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I want to use my raspberry in an embedded application.

I am using already minibian and destroyed (accidentally) the network manager. This got me downto a boot time of 13s.

I need : Gpio pin access, audio out, Python, moc (music on console)

Ideas what and how I can remove from the system? (Example: SSH, user login, networking) It should decrease boot time.

See Answers: We got it down to ~7 seconds.

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Things I did so far:

  • Remove networking (boot stalled until network is connected): ~5sec

    update-rc.d -f networking remove

    Reenable temporary with:

    /etc/init.d/networking start && ifdown eth0 && ifup eth0

  • Removed boot messages during boot (yes printing messages eats time): ~2s

    Just add a quiet to /boot/cmdline.txt

  • Following this guide shaved also a few seconds of: ~2s

    The performance got especially better after moving to busybox and removing ntp. Additionally it is useful for me that the system is read only now, because I get better sd card lifetime on the one hand and no corruption because of power loss on the other hand.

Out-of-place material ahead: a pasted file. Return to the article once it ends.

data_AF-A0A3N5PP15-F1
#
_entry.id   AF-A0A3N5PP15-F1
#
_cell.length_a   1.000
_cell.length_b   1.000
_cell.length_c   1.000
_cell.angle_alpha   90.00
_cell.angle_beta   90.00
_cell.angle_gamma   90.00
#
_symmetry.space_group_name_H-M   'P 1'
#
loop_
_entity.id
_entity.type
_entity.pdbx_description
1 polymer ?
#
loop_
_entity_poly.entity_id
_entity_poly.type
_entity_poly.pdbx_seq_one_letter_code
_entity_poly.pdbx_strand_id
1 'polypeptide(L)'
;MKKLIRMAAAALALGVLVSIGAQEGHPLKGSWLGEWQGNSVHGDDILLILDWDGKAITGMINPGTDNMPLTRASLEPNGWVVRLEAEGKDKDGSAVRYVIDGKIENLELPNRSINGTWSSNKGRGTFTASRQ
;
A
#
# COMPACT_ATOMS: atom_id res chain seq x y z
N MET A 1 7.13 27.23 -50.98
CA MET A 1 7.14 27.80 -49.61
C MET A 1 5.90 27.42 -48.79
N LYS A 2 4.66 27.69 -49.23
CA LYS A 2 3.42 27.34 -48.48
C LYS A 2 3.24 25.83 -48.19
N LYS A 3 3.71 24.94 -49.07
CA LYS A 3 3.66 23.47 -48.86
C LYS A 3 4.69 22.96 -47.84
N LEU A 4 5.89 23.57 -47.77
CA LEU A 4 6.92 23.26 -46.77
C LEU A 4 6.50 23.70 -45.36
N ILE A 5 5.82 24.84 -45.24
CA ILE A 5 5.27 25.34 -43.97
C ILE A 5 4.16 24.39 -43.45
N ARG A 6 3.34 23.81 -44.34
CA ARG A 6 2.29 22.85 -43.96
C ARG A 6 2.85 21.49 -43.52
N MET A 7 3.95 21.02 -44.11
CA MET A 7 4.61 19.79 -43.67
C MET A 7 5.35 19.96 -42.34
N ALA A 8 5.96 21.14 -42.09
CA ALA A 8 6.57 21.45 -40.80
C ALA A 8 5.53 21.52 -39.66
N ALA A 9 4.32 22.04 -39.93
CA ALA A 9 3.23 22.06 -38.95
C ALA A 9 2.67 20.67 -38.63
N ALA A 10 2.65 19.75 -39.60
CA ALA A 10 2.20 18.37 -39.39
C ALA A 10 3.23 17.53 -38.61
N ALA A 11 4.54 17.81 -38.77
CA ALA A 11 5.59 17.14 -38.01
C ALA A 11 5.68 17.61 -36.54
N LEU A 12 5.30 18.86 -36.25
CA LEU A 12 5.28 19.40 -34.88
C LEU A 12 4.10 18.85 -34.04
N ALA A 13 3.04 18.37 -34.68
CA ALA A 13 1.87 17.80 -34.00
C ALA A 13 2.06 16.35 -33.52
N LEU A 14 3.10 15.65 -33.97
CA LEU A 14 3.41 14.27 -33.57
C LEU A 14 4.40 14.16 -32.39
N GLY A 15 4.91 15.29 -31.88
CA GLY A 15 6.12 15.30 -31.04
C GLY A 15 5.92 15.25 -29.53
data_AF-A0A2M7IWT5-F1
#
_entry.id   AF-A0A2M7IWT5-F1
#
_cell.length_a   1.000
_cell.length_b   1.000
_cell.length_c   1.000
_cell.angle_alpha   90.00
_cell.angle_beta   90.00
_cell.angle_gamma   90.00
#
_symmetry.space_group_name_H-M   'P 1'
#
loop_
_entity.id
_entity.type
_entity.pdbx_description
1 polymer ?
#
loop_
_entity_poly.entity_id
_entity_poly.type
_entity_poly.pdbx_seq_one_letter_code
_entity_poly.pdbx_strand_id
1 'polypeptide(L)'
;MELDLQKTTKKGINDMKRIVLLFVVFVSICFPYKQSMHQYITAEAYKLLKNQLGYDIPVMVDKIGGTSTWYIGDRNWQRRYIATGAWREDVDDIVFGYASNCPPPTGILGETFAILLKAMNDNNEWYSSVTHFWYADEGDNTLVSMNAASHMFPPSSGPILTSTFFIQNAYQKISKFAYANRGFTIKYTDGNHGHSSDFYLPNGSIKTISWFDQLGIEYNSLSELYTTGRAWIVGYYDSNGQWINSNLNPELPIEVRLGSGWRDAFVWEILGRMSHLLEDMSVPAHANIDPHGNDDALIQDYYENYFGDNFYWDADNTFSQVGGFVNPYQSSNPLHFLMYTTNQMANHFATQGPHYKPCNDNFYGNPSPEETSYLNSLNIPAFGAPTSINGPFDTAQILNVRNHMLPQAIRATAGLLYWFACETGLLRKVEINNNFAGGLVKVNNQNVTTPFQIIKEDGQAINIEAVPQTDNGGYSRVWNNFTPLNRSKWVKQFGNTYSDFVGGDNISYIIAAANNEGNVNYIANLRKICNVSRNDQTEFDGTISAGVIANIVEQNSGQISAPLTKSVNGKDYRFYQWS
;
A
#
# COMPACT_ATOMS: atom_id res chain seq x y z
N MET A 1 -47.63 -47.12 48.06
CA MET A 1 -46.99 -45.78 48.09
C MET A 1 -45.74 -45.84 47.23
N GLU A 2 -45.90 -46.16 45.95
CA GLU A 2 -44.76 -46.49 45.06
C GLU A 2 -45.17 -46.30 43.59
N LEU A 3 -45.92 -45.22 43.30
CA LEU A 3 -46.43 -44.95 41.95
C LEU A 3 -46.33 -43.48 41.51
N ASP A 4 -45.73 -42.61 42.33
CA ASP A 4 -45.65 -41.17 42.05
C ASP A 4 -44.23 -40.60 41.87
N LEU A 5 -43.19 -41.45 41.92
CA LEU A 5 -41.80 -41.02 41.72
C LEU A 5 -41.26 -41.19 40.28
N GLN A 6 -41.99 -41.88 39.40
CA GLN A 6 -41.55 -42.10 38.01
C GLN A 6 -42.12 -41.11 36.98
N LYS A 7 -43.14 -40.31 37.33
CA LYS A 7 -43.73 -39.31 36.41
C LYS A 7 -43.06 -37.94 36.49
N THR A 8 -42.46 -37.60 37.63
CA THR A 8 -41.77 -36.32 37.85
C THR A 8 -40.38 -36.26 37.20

• Ugly, don't do this. (Or do it and blame yourself) Then I removed logging facilities: ~0.5s

    update-rc.d -f busybox-syslogd remove; update-rc.d -f busybox-klogd remove

    (Yes I just added it....)

I am currently down to 6.934 (1.226+5.708) seconds. (6.78 seconds without hdmi plugged in)

I tried my luck with systemd-readahead but this added almost one second to my boot time.

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If you want to know what's responsible for boot time with systemd, run
systemd-analyze blame or systemd-analyze critical-chain
and then decide whether there are things you can live without and/or research the items which you think may be sped up.

  • 1
    Didn't know that thing existed at all. Nice one! – PNDA Jan 9 '16 at 13:18
  • It is cool, but beware it has an interesting definition of "running". For example, blame makes no mention of ssh.service on a fresh jessie install, even though systemctl status ssh refers to it as "loaded active running". So you might want to also check the more inclusive systemctl list-units. – goldilocks Jan 9 '16 at 16:30
  • When should I run it? after the boot finishes, or put it in /etc/rc.local or a similar file? When running it after the boot finishes for some reason it says Bootup has not finished yet (weird huh?). – Tooniis Feb 26 '18 at 9:05

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